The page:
So, thank you Facebook, I guess.

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Wise Inspiring Women

Wise Inspiring Women

After attending a seminar a couple of weeks ago, Patricia and I came away with an overwhelming amount of information and with our minds whirling with ideas and plans. We were very excited to realize that our book, Wise Irish Women, really is the start of something much bigger. We are convinced that the message of wise women everywhere is something worth sharing.

We started brainstorming and have launched the idea of the Wise Inspiring Women Series and the Wise Inspiring Women Collection of products. We are working on the trademark for the Wise Inspiring Women logo and are mapping out our series of books for the Wise Inspiring Women Series— it should keep us busy for the next several years.

We are collecting information about potential wise women who will be featured in our future books. Thanks to all of you who have reached out and contacted us. If you know someone who has a story to tell and would be willing to share her words, let us know. Contact me at Laura@WiseIrishWomen.com

We are announcing our plans here and sharing our dreams with you.

Introducing the Wise Inspiring Women Series of books:

Wise Irish Women
Wise Texas Women
Wise Hispanic Women
Wise Jewish Women
Wise Girl Scout Women
Wise Bryn Mawr Women
Wise Pink Women
Wise Judicial Women
Wise Political Women
Wise Italian Women
Wise Middle Eastern Women
Wise Academic Women
Wise Teaching Women
Wise Working Women
Wise Non-Working Women
Wise Mature Women
Wise Young Women
Wise Juarez Women
Wise Single Women
Wise Married Women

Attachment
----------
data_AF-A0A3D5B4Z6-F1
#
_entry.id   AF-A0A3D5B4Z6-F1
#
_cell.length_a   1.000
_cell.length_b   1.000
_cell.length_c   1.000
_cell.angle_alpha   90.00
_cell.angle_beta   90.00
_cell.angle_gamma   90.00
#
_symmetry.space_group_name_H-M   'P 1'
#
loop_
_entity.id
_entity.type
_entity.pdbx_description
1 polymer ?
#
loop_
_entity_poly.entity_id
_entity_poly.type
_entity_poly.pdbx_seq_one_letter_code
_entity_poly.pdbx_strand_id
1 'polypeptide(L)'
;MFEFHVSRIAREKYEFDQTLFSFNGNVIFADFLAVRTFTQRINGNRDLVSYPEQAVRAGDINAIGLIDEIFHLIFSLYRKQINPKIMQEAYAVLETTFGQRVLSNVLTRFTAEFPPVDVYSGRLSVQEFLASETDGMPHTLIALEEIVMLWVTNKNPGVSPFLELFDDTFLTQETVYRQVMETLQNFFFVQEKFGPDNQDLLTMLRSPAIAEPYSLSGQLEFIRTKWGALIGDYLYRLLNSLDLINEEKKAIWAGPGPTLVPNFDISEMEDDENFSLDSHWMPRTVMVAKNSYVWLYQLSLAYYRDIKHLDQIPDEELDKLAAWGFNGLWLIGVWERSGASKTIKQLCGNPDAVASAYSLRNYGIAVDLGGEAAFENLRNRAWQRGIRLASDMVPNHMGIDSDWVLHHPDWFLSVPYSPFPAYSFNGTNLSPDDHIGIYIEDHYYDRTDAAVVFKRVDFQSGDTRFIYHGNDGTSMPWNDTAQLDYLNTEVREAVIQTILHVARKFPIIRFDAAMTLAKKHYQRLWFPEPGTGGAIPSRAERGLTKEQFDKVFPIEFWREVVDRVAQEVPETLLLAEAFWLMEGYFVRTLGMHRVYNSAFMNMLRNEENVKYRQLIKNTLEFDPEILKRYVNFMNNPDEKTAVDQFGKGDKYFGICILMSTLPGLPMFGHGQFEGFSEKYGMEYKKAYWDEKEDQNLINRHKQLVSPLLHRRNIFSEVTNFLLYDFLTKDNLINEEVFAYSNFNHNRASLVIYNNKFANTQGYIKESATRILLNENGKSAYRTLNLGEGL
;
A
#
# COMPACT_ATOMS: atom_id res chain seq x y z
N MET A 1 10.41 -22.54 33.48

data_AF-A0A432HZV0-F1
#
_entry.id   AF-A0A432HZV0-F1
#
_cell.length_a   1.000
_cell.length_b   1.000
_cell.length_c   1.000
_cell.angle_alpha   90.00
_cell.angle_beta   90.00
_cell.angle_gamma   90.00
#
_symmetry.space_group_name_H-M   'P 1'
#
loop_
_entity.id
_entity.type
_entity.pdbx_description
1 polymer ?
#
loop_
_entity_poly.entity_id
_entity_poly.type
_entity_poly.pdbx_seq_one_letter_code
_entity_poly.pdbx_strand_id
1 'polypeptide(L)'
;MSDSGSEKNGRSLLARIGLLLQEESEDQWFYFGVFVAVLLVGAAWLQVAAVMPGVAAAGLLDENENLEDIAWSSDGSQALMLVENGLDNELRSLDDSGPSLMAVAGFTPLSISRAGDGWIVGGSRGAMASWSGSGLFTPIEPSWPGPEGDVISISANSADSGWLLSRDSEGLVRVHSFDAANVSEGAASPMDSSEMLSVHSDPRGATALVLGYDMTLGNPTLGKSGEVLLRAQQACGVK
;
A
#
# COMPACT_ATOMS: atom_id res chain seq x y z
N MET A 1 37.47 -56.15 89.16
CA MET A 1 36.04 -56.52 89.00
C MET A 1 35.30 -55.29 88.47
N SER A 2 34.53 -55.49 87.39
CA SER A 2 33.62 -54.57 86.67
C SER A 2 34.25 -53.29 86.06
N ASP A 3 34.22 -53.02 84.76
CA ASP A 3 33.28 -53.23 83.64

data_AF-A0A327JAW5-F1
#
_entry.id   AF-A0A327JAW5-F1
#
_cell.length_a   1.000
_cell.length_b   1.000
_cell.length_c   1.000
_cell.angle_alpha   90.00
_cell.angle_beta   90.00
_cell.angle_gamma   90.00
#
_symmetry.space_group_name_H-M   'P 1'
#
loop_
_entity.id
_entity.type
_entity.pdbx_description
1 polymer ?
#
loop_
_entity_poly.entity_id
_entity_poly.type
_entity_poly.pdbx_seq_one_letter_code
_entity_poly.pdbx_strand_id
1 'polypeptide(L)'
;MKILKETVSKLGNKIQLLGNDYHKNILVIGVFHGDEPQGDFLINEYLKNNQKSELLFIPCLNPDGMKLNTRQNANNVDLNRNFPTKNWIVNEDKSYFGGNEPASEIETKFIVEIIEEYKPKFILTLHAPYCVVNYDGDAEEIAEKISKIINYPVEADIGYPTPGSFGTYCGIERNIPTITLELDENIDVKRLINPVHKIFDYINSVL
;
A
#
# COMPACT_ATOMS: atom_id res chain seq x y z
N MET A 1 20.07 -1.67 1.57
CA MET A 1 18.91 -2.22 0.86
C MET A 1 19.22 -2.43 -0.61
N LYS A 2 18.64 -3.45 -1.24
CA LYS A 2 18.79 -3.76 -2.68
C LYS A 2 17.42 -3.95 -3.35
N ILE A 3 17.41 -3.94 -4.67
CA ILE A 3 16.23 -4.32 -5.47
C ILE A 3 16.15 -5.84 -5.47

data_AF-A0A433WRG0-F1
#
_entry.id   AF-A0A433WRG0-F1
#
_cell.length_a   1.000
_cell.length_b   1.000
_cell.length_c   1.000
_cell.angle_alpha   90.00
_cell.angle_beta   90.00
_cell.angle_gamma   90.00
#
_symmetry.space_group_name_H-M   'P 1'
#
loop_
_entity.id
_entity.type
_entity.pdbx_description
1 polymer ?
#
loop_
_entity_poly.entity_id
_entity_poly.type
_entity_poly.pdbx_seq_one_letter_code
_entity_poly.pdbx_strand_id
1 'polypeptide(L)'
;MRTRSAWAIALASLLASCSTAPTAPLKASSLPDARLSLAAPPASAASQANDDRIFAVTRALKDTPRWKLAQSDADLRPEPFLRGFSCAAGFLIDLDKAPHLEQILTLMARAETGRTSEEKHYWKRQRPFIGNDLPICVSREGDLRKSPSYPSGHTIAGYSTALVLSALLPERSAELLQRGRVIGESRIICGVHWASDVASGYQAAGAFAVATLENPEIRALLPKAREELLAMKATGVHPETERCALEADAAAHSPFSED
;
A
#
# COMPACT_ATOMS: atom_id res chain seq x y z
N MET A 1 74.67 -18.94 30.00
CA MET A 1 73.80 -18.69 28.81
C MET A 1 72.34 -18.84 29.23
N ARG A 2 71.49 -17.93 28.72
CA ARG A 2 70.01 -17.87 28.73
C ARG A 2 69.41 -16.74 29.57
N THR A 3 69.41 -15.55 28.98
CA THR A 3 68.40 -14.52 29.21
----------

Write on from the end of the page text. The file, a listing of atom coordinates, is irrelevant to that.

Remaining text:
Wise Divorced Women
Wise Greek Women
Wise Athletic Women
Wise Olympic Women
Wise Professional Women
Wise Blue Collar Women
Wise Amazing Women
Wise Musical Women

Please let us know if you think of any other Wise Women who should be included. Of course we are just starting the process. We are excited about sharing this project with all of you. Check back regularly as we continue planning the details.

Wise Inspiring Women—we all have a story, let’s share and inspire each other.

Laura

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Bryn Mawr College Class of 2012 and Wise Irish Woman Mary Robinson

Guess where we spent last weekend? At Bryn Mawr College for the Commencement ceremony.

The commencement speaker for the Class of 2012 was Mary Robinson, the first female President of Ireland.

Tricia and I had signed up for a business planning seminar that helps authors focus on the business aspect of a project and provides resources and suggestions on every aspect of taking a book project and making it successful. It was scheduled to take place in Philadelphia over May 10-11.

We were both very stressed about taking the time off from work and trying to get to Philadelphia for a two day seminar but we had committed to the time.